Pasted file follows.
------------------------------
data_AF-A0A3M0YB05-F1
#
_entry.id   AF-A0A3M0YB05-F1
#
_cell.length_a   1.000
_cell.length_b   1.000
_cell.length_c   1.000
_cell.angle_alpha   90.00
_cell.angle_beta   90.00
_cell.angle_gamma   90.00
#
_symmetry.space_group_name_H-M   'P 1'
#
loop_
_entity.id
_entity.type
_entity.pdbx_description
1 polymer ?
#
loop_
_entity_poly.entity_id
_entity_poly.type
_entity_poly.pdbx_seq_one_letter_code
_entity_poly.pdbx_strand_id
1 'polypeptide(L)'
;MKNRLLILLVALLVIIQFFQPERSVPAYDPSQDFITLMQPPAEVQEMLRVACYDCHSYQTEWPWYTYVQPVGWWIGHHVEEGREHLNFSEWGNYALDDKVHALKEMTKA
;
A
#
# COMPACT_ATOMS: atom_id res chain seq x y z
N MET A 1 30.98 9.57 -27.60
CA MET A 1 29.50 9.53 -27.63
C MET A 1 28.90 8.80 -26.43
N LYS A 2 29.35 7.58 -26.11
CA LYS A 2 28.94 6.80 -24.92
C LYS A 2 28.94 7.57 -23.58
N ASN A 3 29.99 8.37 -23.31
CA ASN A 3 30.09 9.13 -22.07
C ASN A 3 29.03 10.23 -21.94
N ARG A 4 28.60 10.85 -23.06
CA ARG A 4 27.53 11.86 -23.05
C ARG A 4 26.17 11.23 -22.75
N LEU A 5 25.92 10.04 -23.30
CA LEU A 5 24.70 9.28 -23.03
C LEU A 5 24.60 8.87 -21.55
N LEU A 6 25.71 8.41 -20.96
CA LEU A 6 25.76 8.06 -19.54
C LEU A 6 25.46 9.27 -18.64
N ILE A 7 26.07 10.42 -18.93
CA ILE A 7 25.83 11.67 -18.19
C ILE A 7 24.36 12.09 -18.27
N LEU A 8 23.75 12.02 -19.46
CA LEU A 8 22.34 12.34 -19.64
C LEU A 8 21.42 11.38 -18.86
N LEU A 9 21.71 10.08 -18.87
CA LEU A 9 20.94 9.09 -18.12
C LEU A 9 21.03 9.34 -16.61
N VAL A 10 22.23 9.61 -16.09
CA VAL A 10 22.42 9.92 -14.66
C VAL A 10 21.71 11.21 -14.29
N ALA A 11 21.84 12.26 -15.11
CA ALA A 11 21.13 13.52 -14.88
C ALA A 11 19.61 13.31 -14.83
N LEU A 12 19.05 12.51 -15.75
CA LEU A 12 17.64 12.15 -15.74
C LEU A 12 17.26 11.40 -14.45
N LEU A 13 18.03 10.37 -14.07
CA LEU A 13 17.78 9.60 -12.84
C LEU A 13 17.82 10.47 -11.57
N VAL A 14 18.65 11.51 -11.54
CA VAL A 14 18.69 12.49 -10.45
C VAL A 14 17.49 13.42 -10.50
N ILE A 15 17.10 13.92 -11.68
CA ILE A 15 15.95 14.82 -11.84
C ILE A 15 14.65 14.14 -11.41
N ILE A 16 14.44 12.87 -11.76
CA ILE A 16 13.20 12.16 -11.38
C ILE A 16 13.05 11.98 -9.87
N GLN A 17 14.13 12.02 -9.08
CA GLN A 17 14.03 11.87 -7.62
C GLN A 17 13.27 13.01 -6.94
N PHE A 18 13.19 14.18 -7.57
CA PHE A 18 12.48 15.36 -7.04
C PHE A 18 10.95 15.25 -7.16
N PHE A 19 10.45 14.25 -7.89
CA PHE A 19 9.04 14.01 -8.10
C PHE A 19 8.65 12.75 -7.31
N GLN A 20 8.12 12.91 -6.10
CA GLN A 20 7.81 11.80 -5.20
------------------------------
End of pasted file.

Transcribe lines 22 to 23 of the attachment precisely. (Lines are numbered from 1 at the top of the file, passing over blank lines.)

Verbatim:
_entity_poly.type
_entity_poly.pdbx_seq_one_letter_code